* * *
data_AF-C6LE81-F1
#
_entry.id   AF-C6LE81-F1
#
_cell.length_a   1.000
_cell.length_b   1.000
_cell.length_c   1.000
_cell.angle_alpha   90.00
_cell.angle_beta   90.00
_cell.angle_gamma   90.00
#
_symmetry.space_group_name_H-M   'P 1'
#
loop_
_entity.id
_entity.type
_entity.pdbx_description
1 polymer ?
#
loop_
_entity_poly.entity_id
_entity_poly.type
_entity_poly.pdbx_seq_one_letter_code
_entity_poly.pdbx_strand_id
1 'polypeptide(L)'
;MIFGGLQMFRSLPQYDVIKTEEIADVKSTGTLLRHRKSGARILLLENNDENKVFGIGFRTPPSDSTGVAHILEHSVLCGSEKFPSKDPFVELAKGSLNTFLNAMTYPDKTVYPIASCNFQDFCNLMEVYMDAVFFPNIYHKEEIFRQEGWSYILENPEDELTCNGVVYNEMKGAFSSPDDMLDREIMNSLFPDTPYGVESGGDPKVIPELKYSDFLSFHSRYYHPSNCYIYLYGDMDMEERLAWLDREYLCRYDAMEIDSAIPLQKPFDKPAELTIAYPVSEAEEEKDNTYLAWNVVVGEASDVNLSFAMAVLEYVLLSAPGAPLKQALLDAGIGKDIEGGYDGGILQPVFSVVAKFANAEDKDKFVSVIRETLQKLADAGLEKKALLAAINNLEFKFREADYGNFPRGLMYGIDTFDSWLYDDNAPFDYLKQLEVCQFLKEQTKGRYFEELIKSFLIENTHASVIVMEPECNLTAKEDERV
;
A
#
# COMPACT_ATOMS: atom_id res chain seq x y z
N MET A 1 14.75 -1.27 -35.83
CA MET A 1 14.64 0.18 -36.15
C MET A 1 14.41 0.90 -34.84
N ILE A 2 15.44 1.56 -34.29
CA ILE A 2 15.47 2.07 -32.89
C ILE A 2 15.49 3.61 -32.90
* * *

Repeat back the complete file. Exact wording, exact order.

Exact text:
data_AF-C6LE81-F1
#
_entry.id   AF-C6LE81-F1
#
_cell.length_a   1.000
_cell.length_b   1.000
_cell.length_c   1.000
_cell.angle_alpha   90.00
_cell.angle_beta   90.00
_cell.angle_gamma   90.00
#
_symmetry.space_group_name_H-M   'P 1'
#
loop_
_entity.id
_entity.type
_entity.pdbx_description
1 polymer ?
#
loop_
_entity_poly.entity_id
_entity_poly.type
_entity_poly.pdbx_seq_one_letter_code
_entity_poly.pdbx_strand_id
1 'polypeptide(L)'
;MIFGGLQMFRSLPQYDVIKTEEIADVKSTGTLLRHRKSGARILLLENNDENKVFGIGFRTPPSDSTGVAHILEHSVLCGSEKFPSKDPFVELAKGSLNTFLNAMTYPDKTVYPIASCNFQDFCNLMEVYMDAVFFPNIYHKEEIFRQEGWSYILENPEDELTCNGVVYNEMKGAFSSPDDMLDREIMNSLFPDTPYGVESGGDPKVIPELKYSDFLSFHSRYYHPSNCYIYLYGDMDMEERLAWLDREYLCRYDAMEIDSAIPLQKPFDKPAELTIAYPVSEAEEEKDNTYLAWNVVVGEASDVNLSFAMAVLEYVLLSAPGAPLKQALLDAGIGKDIEGGYDGGILQPVFSVVAKFANAEDKDKFVSVIRETLQKLADAGLEKKALLAAINNLEFKFREADYGNFPRGLMYGIDTFDSWLYDDNAPFDYLKQLEVCQFLKEQTKGRYFEELIKSFLIENTHASVIVMEPECNLTAKEDERV
;
A
#
# COMPACT_ATOMS: atom_id res chain seq x y z
N MET A 1 14.75 -1.27 -35.83
CA MET A 1 14.64 0.18 -36.15
C MET A 1 14.41 0.90 -34.84
N ILE A 2 15.44 1.56 -34.29
CA ILE A 2 15.47 2.07 -32.89
C ILE A 2 15.49 3.61 -32.90